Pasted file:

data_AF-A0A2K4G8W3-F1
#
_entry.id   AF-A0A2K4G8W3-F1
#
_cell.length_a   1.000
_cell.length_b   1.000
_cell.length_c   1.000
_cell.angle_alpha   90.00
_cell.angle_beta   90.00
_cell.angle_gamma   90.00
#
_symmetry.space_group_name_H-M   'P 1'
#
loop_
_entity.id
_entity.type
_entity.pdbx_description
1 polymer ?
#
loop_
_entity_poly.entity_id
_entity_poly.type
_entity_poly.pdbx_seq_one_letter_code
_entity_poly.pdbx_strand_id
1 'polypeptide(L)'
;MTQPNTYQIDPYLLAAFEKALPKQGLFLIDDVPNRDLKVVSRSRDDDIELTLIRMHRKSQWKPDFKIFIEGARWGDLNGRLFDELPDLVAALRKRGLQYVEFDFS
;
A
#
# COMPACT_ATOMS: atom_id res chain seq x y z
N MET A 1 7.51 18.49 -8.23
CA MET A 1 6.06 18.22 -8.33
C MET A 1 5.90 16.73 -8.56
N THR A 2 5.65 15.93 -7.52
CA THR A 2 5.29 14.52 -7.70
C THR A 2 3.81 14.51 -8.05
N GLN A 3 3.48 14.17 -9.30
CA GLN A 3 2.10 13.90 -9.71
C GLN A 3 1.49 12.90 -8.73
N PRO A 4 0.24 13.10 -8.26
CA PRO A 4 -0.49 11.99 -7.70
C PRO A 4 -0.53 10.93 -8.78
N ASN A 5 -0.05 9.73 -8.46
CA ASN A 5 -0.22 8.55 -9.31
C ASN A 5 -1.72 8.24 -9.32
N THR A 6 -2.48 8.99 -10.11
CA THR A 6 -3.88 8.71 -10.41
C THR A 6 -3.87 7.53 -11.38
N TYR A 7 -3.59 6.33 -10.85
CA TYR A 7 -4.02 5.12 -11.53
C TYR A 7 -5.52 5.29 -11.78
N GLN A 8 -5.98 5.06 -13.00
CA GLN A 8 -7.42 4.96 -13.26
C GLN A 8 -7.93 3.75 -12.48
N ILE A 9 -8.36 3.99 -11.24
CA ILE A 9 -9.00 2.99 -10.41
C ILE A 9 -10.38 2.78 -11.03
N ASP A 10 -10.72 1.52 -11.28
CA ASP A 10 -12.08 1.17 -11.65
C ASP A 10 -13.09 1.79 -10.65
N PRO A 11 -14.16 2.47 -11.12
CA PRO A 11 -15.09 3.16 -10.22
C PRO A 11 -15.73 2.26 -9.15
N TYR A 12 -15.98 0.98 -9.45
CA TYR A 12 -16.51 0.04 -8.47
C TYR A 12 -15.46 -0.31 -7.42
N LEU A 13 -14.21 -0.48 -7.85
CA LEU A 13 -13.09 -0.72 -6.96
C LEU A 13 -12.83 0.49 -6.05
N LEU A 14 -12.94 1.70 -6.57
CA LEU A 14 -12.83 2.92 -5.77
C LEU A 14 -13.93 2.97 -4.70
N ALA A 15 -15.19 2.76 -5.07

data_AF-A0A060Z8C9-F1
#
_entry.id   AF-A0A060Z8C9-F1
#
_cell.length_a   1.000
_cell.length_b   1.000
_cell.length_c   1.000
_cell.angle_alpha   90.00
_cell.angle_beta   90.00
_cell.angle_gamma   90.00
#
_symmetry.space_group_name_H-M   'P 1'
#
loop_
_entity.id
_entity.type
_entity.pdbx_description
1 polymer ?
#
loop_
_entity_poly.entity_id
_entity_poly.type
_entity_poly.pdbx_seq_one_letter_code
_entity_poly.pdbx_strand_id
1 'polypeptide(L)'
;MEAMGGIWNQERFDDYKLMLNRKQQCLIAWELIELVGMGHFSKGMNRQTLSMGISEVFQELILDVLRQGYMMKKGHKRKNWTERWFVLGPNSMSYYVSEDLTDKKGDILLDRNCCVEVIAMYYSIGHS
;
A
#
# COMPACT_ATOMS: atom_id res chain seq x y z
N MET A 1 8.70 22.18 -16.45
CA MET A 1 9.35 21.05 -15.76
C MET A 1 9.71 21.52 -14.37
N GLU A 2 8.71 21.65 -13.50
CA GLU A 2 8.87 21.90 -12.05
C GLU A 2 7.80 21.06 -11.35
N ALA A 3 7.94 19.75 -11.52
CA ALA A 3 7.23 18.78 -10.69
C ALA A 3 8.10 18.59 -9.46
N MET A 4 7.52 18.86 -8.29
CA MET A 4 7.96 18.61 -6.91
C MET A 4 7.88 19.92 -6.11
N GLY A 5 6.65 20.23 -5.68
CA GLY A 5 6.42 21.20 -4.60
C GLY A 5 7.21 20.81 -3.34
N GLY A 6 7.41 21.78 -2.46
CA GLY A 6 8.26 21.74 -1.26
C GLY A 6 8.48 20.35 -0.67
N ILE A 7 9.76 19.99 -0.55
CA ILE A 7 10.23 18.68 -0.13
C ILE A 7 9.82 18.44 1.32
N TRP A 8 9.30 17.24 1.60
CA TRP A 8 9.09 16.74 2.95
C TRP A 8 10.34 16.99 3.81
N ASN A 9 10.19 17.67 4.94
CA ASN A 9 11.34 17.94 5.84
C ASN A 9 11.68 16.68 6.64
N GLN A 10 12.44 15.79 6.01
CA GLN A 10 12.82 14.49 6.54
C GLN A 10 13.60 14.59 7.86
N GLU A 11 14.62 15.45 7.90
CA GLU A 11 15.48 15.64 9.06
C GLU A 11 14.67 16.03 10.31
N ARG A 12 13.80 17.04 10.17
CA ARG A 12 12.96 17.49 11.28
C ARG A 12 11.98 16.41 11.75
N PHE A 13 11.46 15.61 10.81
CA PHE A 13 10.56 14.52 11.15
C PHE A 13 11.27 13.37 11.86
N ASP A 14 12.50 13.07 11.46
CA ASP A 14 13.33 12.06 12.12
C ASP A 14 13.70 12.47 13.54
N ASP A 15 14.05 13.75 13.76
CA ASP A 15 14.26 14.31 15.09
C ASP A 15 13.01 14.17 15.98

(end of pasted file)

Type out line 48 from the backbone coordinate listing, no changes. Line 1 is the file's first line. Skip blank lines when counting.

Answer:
C THR A 6 -3.87 7.53 -11.38